Your puppy can be shaking due to fear, sickness, or low body temperature. Dogs also shake when they feel excited about something. It can be anything from their favorite treat to going on a walk.
Getting a new puppy can be one of life’s most amazing experiences. But there is an adjustment period for both the pup and the owner to get used to living together.
This adjustment period can trigger your dog to exhibit strange behaviors. Shaking, trembling, and shivering are some of these behaviors.
It can be a serious concern that requires your immediate concern if your puppy is shaking uncontrollably.
What Does It Mean if a Puppy Is Shaking?
Puppies shake for various reasons. Most of the time, shaking is nothing to worry about, as it is normal puppy behavior. It can be serious if it frequently occurs over a long period.
New puppies often take time to adjust to the new normal of a new home. Dog owners who have never had a dog before often worry about their new pup’s behavior. You don’t have to rush directly to a veterinarian if you find your pooch shaking.
It’s often nothing to be concerned about.
It’s cause for concern if the shivering continues for a long time. One big reason why new pups shake is the uncertainty and fear of a new home. Most puppies are eager to be adopted and be with their new owners, but it can take some time for some to adjust to their new environment.
6 Reasons Why Your New Puppy is Shaking
Fear is one of the most common reasons dogs shake. Your dog can also be shivering due to low body temperature, shaking puppy syndrome, excitement, dreaming, or low blood sugar. Most causes of shaking in dogs do not require a visit to a veterinarian.
It is frustrating to find your new pup shaking and acting strange. There are several reasons why dogs shake. Most of them are harmless and can be treated with home remedies.
For more severe cases, a visit to the veterinarian is required.
1. Fear of the Unknown
One of the most common causes of shaking in dogs is fear. Shaking is a dog’s way of expressing its fear. When you buy a new pump, you bring it into a whole new environment and lifestyle. This can be too much for your pup to handle, resulting in anxiety.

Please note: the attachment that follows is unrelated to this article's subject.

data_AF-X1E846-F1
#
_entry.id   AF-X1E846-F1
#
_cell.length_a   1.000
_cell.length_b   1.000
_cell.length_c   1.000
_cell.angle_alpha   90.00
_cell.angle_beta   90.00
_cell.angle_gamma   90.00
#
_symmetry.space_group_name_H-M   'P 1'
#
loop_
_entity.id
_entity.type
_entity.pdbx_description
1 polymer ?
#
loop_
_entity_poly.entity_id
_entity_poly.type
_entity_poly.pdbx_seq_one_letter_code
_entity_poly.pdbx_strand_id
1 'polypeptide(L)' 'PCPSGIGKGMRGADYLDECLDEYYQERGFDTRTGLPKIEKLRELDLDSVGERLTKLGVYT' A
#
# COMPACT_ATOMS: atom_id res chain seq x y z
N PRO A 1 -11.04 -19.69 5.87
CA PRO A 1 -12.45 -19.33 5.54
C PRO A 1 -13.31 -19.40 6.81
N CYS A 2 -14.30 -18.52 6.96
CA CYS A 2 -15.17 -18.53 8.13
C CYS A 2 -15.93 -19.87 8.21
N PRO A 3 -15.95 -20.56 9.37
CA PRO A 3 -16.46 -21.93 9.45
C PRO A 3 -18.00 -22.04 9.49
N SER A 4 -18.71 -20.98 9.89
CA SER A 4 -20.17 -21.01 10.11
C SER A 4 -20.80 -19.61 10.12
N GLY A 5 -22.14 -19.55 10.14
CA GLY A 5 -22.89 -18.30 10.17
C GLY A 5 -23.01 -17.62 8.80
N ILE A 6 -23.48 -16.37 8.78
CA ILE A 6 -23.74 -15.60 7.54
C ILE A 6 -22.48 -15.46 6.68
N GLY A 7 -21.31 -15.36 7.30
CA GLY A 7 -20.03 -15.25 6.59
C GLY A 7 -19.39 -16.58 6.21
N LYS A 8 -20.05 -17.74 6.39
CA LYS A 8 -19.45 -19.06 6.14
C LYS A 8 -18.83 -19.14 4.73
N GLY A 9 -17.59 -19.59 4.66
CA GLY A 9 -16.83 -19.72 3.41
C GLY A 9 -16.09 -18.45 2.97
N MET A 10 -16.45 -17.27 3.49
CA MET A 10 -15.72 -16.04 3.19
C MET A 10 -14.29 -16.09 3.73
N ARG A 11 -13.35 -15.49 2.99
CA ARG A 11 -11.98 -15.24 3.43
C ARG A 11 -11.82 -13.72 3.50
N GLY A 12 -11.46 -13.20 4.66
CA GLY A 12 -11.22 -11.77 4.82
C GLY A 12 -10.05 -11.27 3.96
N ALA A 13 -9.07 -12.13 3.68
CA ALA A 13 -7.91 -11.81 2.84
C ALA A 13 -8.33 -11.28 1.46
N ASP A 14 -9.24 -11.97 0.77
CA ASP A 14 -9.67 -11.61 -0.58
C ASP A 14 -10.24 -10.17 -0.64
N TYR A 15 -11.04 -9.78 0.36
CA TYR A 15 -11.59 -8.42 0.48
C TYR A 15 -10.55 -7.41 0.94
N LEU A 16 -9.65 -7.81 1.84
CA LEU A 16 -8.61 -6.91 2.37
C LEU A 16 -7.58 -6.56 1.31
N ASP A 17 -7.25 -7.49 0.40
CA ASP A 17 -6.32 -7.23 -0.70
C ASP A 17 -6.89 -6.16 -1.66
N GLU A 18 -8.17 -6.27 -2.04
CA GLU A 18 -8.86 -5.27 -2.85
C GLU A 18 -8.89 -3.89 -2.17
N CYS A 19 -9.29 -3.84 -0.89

Apart from the fear of a new place, there is also a possibility that something or someone is scaring your pup. This can be loud noises, fireworks, another dog, or a person.
Identify the probable cause of fear in your dog to help them get calm and comfortable. Your dog should stop shaking once you eliminate the stressor.
2. Low Body Temperature
Dogs shake when they feel cold. It is natural for them. Smaller puppies are more likely to shiver if they are cold compared to older dogs. This is because of puppies’ lower body fat percentage.
Dogs with short coats are also more likely to shiver than dogs who boast a long coat. Test this out by warming up your dog. Ensure your dog gets proper heat if it reacts positively to the increased warmth.
A blanket, warm water, a comfortable bed, and stuffed toys can help make your pooch warm.
Low temperature is not the reason behind the shivering if warmth doesn’t help.
3. Shaking Puppy Syndrome
One extreme cause of shaking in dogs can be the Shaking Puppy Syndrome (Hypomyelination). This condition affects your dog’s central and peripheral nervous systems.
All nerves are covered by a layer of fat called the myelin sheath. If the sheath is too thin, nerve impulses go astray and get lost in the nervous system.
Misfiring nerve impulses can lead to the malfunction of muscles in a dog’s body. Unfortunately, Shaking Puppy Syndrome is not treatable, but most puppies who develop this condition recover from it completely.
Some other symptoms of this condition are:
- Difficulty walking.
- Destabilized balance.
- Heavy shaking while eating
Consult a veterinarian to get a proper checkup of your pooch. The vet can tell you whether your dog is suffering from this disease and how to proceed.
A less normal reason for shaking is excitement. Some dogs are natural-born shakers. They start shaking when they are excited about something.
Note down when your dog starts shaking. If it occurs when it is your pup’s playtime or when you feed it its favorite treat, there is a possibility that your dog is shaking from excitement.